The weekend project

I've always wanted to build something meaningful. I tried to come up with an original idea, the "next big thing".

But like many other developers, I would start a project, create a GitHub repo, write code for a day, and get bored!

I think I've finally realised that what I care about is not really building the next big thing, it's just learning something new.

And now I have tons of open source GitHub repos that don't really go anywhere and don't really do anything more than a very small prototype.

So I decided to make them official "weekend projects", and here I am with this "weekend project" project. 😅

What's a weekend project?

So first, let's define the rules. What is a weekend project?

I want to emphasize on the fact that it doesn't really mean "I wrote this over a weekend", but that's when I usually write my side projects!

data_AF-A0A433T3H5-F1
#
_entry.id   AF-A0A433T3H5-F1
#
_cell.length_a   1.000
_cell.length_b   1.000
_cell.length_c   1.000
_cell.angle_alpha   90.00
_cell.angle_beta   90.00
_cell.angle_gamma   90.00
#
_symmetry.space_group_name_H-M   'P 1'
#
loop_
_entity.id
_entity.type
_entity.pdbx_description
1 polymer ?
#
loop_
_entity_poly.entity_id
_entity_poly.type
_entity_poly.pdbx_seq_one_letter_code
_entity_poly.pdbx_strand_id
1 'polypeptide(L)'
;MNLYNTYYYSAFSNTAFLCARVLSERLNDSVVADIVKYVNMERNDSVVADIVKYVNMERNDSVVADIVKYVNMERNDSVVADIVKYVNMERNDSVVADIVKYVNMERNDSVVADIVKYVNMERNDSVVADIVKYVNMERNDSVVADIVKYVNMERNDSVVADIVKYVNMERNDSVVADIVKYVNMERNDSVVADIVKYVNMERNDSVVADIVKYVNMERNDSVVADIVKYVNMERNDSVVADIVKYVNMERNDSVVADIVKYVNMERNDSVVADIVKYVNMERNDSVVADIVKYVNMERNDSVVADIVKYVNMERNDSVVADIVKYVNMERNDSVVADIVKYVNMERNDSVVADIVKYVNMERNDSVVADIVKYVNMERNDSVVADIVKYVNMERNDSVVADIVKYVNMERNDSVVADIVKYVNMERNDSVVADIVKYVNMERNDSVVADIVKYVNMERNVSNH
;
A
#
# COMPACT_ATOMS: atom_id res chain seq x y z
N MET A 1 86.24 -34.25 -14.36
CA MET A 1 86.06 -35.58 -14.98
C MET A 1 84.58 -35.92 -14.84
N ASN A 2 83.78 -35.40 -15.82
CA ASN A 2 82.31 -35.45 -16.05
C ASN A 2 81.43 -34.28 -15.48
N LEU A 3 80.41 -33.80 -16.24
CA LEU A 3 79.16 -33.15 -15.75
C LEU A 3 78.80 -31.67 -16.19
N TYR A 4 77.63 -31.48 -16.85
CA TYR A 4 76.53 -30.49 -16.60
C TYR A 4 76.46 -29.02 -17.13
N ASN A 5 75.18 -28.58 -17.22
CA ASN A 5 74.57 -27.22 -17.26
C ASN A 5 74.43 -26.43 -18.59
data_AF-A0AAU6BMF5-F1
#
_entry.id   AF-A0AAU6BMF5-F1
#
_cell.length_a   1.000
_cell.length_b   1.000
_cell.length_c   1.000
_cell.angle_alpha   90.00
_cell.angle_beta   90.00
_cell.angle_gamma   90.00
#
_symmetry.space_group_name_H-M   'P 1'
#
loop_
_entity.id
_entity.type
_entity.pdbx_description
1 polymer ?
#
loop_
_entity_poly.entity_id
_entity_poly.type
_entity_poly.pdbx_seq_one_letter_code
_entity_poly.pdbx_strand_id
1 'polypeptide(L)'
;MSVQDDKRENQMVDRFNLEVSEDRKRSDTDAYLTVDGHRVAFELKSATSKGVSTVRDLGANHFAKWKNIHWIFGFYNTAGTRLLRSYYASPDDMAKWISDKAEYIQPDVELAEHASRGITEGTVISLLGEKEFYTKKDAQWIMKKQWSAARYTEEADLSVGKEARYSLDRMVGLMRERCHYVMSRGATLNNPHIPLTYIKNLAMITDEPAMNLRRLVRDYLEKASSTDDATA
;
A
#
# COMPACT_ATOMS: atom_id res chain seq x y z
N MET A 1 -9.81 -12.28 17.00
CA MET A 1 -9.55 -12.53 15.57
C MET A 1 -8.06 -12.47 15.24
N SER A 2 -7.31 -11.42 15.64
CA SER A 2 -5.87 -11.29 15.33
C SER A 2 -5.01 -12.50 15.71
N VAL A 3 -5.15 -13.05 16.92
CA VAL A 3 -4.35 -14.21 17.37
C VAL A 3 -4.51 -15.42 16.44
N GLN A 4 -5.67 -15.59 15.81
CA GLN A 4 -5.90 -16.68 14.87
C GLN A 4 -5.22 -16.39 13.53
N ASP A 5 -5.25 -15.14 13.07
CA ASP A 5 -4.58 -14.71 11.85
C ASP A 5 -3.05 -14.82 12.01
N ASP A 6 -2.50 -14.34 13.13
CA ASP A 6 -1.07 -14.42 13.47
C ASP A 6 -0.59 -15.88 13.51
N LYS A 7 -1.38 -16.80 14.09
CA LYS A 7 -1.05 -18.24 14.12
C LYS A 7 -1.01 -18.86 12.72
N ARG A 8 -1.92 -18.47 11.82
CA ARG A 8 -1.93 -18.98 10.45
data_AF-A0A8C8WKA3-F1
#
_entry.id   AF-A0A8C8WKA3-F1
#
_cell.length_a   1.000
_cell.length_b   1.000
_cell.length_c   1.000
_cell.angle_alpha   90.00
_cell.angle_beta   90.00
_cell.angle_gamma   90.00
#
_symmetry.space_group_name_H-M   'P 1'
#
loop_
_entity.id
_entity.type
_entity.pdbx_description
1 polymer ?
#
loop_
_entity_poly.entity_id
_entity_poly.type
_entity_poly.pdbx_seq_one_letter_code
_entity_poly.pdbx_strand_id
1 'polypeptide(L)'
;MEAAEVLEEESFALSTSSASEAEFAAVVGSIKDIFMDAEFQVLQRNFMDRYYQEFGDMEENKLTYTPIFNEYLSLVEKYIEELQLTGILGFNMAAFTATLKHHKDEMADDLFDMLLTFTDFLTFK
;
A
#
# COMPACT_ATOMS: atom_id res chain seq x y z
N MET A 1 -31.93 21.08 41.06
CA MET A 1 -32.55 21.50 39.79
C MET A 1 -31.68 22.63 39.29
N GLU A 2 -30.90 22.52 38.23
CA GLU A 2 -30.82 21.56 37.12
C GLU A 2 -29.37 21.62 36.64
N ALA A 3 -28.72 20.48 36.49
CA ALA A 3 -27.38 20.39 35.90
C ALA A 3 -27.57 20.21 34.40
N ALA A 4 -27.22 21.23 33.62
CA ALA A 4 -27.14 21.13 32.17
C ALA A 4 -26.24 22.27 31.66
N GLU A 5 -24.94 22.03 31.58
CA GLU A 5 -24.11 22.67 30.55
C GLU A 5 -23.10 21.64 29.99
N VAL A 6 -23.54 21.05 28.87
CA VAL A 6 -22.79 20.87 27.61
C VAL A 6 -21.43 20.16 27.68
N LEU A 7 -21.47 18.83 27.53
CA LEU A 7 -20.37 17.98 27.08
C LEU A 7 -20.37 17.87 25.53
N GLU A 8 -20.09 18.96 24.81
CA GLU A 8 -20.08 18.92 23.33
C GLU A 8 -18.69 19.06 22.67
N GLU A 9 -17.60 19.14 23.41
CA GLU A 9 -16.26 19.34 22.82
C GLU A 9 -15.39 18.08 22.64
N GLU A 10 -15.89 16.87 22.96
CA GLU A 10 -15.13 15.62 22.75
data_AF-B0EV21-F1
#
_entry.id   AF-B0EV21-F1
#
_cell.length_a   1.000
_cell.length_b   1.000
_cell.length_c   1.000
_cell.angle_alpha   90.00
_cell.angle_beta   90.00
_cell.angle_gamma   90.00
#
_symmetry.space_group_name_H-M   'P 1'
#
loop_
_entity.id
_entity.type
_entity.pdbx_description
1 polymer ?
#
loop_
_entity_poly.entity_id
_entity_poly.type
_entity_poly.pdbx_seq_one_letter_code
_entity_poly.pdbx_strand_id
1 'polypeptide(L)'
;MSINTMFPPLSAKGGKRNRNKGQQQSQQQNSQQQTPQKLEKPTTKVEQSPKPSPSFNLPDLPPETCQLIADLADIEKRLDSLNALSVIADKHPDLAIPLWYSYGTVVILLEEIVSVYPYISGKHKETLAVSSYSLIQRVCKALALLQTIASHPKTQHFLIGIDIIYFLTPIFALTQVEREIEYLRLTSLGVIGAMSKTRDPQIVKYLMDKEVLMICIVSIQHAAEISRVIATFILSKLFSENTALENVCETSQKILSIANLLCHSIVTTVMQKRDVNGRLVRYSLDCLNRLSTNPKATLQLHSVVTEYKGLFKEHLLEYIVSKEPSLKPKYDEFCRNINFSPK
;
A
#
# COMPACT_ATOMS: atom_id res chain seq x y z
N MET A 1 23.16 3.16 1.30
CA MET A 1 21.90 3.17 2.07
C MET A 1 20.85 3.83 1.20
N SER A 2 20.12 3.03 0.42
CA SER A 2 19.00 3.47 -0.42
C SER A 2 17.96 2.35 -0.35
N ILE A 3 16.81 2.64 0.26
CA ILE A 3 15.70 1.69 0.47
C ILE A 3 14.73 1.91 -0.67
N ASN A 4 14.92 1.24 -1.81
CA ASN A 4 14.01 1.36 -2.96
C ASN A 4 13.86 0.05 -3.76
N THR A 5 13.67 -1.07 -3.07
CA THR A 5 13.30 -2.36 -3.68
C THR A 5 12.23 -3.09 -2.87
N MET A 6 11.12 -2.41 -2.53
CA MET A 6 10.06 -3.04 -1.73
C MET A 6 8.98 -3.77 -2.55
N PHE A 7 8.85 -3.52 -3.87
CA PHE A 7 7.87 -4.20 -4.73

How does it work?

For each public GitHub repository that you consider a "weekend project", add this line in the readme:

[![weekend-project](https://the-weekend-project.vercel.app/api/svg)](https://tducasse.com/posts/the-weekend-project)

This will add the following badge to your README:

weekend-project

Now, if you want to display the number of weekend projects you have, I've also written a route that returns a fancy SVG! 💄

weekend list

To add it to your README, you can use this:

[![weekend list](https://the-weekend-project.vercel.app/api/count?user=YOUR_USERNAME)](https://the-weekend-project.vercel.app/api/list?user=YOUR_USERNAME)

You might have noticed that this code includes a link to yet another route (/list): this is a very raw (but convenient) HTML page displaying all your weekend projects, accessible when you click on the image 😊